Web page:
Action – Call your state senator to vote “NO” on AB 1299
This bill was created to allow a specific Kern County refinery, Kern Oil, located next door to a neighborhood of about 1,000 people who are 70% Latino, and 1/3 children, escape monitoring the normal side effects of their product – hazardous and toxic air pollutants such as BTEX compounds (benzene, toluene, ethylbenzene, and xylene) (See Senate environmental analysis here).
Residents in the Kern Co. area already breathe some of the most polluted air in the nation, thanks to a confluence of vehicle exhaust, industrial operations, and stagnant valley air. In 2016, they sued the EPA over permit issues affecting pollution for a neighboring refinery and in January this year, the Kern County Board of Supervisors voted against a plan to allow tanker cars to deliver Bakken crude oil to that same refinery, due to air pollution and safety issues.
These people are fighting for their right to clean air. We stand with them.
Minimal script: I’m calling from [zip code] and I want state senator [___] to vote “NO” on AB 1299.
Existing law authorizes the State Air Resources Board or the air district to require the owner or the operator of an air pollution emission source to take any action that the state board or the air district determines to be reasonable for the determination of the amount of air pollution emissions from that source.
A new bill, AB 1647, requires that large refineries that process between 85,000 and 269,000 barrels of oil a day, install a community air monitoring system, with an exemption for smaller refineries with maximum capacities under 40,000 a day. AB 1299 would make AB 1647’s exemption from refinery-related community air monitoring system its own law, redefining “petroleum refinery” to exclude facilities with capacities under 55,000 barrels per day and within 1 mile of communities under 3,000 residents.
Proponents state that the barrel limitations would limit the scope of this exemption to the Kern refinery, but legislative staff has been unable, due to time constraints, to verify that claim. We think that there might be more, according to this chart from the CA Energy Commission.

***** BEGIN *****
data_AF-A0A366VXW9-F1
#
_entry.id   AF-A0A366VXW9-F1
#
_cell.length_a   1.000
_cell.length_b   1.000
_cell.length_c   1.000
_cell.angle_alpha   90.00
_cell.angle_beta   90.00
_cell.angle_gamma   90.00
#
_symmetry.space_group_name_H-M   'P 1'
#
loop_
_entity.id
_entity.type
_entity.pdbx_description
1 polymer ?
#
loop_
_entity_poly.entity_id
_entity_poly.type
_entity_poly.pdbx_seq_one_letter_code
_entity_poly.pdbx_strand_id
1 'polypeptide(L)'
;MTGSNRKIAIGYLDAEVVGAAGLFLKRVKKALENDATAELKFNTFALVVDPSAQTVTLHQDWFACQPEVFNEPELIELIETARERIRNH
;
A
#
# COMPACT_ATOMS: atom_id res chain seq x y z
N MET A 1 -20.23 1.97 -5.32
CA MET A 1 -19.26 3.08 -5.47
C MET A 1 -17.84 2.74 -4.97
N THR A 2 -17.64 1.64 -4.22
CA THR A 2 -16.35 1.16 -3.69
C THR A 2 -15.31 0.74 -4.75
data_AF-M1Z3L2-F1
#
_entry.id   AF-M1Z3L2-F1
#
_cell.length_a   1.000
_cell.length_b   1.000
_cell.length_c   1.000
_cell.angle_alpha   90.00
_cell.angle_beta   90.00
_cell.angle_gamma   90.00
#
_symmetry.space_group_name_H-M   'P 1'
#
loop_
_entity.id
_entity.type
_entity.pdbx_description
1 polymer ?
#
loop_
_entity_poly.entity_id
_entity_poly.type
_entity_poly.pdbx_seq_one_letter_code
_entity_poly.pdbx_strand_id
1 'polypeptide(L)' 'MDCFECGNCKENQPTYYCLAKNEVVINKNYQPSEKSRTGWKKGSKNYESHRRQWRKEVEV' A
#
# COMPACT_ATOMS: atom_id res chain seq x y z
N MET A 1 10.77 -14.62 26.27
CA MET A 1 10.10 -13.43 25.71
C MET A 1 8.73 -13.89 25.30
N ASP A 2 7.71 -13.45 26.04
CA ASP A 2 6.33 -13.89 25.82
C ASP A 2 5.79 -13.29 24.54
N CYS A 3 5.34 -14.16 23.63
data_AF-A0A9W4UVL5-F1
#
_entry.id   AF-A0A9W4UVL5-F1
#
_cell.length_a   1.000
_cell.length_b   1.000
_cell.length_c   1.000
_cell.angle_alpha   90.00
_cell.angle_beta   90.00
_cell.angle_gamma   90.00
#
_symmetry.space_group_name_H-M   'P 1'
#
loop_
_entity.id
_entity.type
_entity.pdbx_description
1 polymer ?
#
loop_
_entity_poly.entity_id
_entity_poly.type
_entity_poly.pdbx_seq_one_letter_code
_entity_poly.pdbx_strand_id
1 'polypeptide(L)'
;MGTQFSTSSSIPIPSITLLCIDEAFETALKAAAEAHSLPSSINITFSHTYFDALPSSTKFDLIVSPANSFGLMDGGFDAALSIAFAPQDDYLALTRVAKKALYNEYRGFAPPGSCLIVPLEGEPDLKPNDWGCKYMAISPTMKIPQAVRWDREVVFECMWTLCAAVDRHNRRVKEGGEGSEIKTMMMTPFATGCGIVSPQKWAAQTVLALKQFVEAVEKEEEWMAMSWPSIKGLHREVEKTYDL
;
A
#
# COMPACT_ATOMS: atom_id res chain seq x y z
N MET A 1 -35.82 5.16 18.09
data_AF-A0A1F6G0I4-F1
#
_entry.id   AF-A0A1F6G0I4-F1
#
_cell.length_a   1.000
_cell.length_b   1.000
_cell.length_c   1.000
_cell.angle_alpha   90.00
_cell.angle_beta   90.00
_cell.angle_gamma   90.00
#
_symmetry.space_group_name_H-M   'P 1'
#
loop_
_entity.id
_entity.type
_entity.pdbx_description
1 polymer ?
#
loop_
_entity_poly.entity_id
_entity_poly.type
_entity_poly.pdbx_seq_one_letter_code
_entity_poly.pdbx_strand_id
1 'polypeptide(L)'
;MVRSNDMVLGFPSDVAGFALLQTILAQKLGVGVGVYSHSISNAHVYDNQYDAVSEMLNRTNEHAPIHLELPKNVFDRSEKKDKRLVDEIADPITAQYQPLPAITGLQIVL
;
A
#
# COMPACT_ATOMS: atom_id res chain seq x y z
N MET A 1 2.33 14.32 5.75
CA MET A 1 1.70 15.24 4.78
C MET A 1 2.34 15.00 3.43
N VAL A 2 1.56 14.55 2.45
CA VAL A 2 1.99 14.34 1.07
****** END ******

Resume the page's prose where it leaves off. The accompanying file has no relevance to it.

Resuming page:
Excerpts from the Senate’s Environmental report:
- The Federal Clean Air Act (FCAA)
- National Ambient Air Quality Standards (NAAQS)
- Air Resources Board (ARB)
Kern Oil provides 100% of the gasoline and 87% of the diesel to the southern San Joaquin Valley. The refinery co-processes and blends various biofuels in with their fossil fuel production process in order to reduce the associated carbon footprint. According to Glassdoor.com, Kern Oil’s profits are in the range of $10 to $25 million annually.
The proponents of this bill have estimated that the upfront costs to establish the systems required under AB 1647 would cost at least $2.6 million, which they claim is untenable for a refinery of their size.
Kern Oil is located within the San Joaquin Valley Air Pollution Control District (SJVAPCD), which has not attained NAAQS for ozone and PM2.5 pollutants. According to SJVAPCD’s website, 6% of the district’s volatile organic compound emissions (one of the constituent chemicals of ground-level ozone, or smog) come from petroleum production and marketing.
According to the US Environmental Protection Agency, “Petroleum refineries are a major source of hazardous and toxic air pollutants such as BTEX compounds (benzene, toluene, ethylbenzene, and xylene). They are also a major source of criteria air pollutants: particulate matter (PM), nitrogen oxides (NOx), carbon monoxide (CO), hydrogen sulfide (H2S), and sulfur dioxide (SO2). Refineries also release less toxic hydrocarbons such as natural gas (methane) and other light volatile fuels and oils.”
According to a March 2019 report from the Office of Environmental Health Hazard Assessment (OEHHA), done in collaboration with ARB and the California EPA’s Interagency Refinery Task Force, there were 188 chemicals identified as being emitted from California refineries at various levels. Of those, 18 were designated as candidates for air monitoring: acetaldehyde, ammonia, benzene, 1,3-butadiene, cadmium, diethanolamine, formaldehyde, hydrogen fluoride, hydrogen sulfide, manganese, naphthalene, nickel, nitrogen oxide, polycyclic aromatic hydrocarbons, particulate matter, sulfur dioxide, sulfuric acid, and toluene. OEHHA stated that, “…the release of these chemicals from refineries does not necessarily mean that local communities face substantial exposures or significant health risks. However, it does increase their likelihood of exposure. Air monitoring of these chemicals may inform decisions that could reduce exposures.”